Private Finn & Mulraney v The Convening Authority

 
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1998 WJSC-CMAC 7037

THE COURTS-MARTIAL APPEAL COURT

O'Flaherty J,

Laffoy J.,

Moriarty J.,

2cm & 3cm/1995
PRIVATE FINN & MULRANEY v. THE CONVENING AUTHORITY
BETWEEN/
PRIVATE DOMINIC FINN

AND

PRIVATE JOHN MULRANEY
Appellants

AND

THE CONVENING AUTHORITY
Respondent

Citations:

AG, PEOPLE V AINSCOUGH 1960 IR 136

DPP, PEOPLE V CONROY 1986 IR 460

DPP, PEOPLE V QUILLIGAN 1993 2 IR 305

Words & Phrases:

CEF

Subject Headings:

*

1

Judgment of the Court delivered on the 11th day of June, 1996, by O'Flaherty J.

2

The appellants were convicted after a 43 day trial at a general Court Martial, which was held at Collins Barracks, Dublin, on dates between the 6th October, 1994 and the 2nd February, 1995, on a number of charges. Both were convicted of treacherously or unjustifiably delivering up a machine gun to an unauthorised person or persons on or about the 14th April, 1993; as well as stealing the said property. Private Mulraney was convicted on three charges of committing conduct to the prejudice of good order and discipline which, in summary, involved that he had given a false description of where his co-accused had been at a particular time and, similarly, his co-accused, Private Finn was convicted on two charges which alleged that he had given a false account of his whereabouts at a particular time.

3

On conviction, the appellants were each sentenced to be discharged with ignominy from the Defence Forces, as well as to penal servitude for three years. The convictions and sentences were confirmed on the 16th June, 1995. On the 26th June, 1995, this Court suspended the sentences pending the disposal of the appeal.

4

The background to the case is as follows. In April, 1993, both appellants were members of the Defence Forces serving in an army infantry battalion in UN service close to what is known as the Israeli Security Zone near the border between the State of Israel and the State of Lebanon. They were serving in a post which was garrisoned by about 19 men of all ranks with a captain in charge, and the post consisted of a compound in the village of Ayta-Az-Zutt. There was a surrounding perimeter fence and inside this there was basic sleeping and cooking accommodation. The appellants were on sentry duty on the night of the 13th-14th April, 1993 and their duties included the protection of the post and its equipment and personnel. While on duty the appellants would normally be on an elevated position close to the surrounding compound perimeter and at the far end, in a special position, was a heavy machine gun and tripod which was of a half inch calibre and which is referred to throughout the trial as "the .5". In the early hours of the morning 14th April a report was made by the appellants that the machine gun and tripod were missing. The facts established that during their tour of duty the machine gun was taken from inside the compound out of the control of the Defence Forces.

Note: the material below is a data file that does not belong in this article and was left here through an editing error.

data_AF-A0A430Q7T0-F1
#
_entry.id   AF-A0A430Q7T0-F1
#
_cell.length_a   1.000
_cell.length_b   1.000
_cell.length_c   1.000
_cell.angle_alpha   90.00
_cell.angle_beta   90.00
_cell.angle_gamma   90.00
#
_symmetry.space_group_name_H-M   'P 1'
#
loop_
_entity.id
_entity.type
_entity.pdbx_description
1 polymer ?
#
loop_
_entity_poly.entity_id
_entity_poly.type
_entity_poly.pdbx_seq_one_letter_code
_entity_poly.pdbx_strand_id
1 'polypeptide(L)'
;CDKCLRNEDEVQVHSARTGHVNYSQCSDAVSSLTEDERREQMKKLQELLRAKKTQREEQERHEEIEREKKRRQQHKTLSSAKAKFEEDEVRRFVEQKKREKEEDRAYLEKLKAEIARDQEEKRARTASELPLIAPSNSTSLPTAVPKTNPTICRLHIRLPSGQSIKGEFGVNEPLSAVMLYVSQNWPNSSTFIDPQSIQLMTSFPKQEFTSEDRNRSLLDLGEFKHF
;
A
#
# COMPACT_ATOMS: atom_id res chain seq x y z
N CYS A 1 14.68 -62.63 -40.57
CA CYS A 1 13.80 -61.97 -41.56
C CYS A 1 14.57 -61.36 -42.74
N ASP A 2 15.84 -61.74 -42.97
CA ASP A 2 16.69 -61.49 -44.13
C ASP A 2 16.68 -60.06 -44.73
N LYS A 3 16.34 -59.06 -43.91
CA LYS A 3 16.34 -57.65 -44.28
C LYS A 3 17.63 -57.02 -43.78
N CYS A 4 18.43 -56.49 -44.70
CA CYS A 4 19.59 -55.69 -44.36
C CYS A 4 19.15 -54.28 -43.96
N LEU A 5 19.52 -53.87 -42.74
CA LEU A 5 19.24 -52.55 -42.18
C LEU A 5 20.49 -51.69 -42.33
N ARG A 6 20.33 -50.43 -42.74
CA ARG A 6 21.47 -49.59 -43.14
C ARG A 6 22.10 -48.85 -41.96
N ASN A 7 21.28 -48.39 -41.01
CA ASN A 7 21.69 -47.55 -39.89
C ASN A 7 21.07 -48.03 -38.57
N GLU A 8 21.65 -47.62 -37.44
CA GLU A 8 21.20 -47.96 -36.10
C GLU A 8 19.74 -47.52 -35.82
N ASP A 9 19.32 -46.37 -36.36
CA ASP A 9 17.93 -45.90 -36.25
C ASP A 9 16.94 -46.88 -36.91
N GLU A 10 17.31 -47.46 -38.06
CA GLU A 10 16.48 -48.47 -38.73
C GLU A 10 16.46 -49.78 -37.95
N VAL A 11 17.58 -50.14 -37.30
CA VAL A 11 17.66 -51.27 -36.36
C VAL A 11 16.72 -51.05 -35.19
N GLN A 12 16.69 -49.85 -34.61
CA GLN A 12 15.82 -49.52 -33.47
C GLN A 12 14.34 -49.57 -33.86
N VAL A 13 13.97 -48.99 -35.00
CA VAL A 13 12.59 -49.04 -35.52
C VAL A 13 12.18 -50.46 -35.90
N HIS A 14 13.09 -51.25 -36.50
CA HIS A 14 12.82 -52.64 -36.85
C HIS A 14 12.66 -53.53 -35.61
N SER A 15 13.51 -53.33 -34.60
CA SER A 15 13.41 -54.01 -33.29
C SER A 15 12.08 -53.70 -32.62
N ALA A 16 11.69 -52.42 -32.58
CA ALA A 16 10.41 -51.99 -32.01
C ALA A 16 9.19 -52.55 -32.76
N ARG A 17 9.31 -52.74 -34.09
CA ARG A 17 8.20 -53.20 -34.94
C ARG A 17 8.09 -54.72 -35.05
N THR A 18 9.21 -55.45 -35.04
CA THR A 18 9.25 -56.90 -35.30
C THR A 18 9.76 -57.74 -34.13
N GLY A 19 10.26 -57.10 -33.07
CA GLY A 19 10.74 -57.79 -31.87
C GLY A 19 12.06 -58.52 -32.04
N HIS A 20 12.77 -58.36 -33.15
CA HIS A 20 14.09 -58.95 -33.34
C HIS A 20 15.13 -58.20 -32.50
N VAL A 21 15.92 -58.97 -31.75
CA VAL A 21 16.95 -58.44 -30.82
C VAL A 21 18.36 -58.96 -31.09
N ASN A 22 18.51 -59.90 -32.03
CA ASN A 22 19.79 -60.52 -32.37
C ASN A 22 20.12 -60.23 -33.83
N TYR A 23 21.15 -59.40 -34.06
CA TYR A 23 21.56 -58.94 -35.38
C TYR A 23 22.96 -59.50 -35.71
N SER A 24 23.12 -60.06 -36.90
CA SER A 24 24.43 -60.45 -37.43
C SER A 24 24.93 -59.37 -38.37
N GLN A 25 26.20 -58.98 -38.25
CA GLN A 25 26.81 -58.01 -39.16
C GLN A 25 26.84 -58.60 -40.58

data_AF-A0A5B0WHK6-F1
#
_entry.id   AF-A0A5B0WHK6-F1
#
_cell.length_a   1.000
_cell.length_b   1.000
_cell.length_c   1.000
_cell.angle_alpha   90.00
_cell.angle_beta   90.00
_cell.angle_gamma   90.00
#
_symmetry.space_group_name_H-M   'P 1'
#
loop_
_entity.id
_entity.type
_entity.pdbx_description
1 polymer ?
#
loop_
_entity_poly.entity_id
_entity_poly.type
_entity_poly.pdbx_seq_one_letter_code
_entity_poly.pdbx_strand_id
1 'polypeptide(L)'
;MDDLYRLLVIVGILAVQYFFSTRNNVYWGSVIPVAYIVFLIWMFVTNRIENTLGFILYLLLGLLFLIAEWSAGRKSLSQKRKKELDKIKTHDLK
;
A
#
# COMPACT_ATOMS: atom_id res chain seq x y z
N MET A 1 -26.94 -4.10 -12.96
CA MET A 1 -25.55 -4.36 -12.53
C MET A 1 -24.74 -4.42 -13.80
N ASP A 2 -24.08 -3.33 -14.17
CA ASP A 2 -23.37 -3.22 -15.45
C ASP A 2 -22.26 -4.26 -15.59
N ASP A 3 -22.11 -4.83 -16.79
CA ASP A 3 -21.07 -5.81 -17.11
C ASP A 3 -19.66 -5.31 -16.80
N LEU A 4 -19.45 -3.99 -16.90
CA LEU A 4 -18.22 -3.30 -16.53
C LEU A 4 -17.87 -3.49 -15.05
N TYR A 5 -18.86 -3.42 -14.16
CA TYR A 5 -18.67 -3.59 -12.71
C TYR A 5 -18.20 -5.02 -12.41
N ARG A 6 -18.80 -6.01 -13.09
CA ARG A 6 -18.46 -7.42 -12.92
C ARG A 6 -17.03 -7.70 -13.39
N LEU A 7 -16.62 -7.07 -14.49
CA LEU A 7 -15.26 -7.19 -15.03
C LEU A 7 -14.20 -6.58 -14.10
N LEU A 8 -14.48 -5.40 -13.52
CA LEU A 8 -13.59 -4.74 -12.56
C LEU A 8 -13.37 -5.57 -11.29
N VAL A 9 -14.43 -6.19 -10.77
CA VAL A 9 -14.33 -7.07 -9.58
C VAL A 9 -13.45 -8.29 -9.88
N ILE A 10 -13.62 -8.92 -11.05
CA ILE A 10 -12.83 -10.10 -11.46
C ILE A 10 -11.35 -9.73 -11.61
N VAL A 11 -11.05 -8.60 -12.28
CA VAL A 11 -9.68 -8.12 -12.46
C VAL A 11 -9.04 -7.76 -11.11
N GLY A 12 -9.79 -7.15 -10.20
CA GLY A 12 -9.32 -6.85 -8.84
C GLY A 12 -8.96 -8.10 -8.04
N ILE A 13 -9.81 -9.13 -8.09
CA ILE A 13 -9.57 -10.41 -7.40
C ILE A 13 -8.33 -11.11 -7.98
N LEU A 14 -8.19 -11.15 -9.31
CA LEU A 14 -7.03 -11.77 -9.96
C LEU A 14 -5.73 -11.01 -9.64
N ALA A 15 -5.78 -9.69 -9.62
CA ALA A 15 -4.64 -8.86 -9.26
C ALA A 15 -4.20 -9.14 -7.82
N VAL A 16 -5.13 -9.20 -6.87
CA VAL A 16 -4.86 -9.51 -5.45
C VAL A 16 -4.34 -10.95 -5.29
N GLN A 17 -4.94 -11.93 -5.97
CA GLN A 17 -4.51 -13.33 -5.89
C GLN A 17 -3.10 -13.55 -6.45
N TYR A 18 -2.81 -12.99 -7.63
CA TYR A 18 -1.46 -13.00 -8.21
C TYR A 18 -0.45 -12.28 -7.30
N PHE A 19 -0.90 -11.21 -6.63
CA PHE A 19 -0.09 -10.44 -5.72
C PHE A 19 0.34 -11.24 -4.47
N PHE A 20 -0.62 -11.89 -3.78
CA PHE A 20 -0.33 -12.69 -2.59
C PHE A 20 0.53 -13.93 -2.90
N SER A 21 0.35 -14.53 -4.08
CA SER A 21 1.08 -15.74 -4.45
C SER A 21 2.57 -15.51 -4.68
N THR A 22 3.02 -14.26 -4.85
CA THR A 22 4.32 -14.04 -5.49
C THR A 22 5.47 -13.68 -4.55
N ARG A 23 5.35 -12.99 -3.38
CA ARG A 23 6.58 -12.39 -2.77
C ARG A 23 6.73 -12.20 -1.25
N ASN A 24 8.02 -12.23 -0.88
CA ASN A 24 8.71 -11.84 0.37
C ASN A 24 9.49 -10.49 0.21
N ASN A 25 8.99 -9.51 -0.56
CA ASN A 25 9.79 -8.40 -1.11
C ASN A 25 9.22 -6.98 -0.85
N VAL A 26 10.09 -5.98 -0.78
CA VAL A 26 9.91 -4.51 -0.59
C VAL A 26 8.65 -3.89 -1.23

5

An investigation was conducted which included many interviews with the appellants by the military investigators. Private Finn made six exculpatory statements on the 14th April (2), 17th April, 18th April, 30th April and 20th December. Private Mulraney made four exculpatory statements on the 14th April, 17th April, 10th November and 20th December.

6

Then Private Mulraney made an inculpatory statement on the 21st December and Private Finn did likewise on the 22nd December, though it is right to say that their accounts as to circumstances surrounding the misappropriation of the machine gun differed in certain important respects. In particular according to the statements that they allegedly made, Finn said that he had been complicit in the deed so as to discharge some debt that Mulraney owed a local inhabitant and Mulraney made a point that he wanted to bring some form of retribution on the company commander of the post.

7

The admissibility of each statement was strongly contested on behalf of each accused at the trial. It is not necessary to review the evidence in this regard except to say that each accused asserted that threats and inducements were made and that circumstances of oppression existed that would have rendered the respective statements inadmissible on the basis that it had not been proved that each statement was made voluntarily. The prosecution position was, of course, a denial of these allegations. In each case, after careful directions by the Judge Advocate, the Court...

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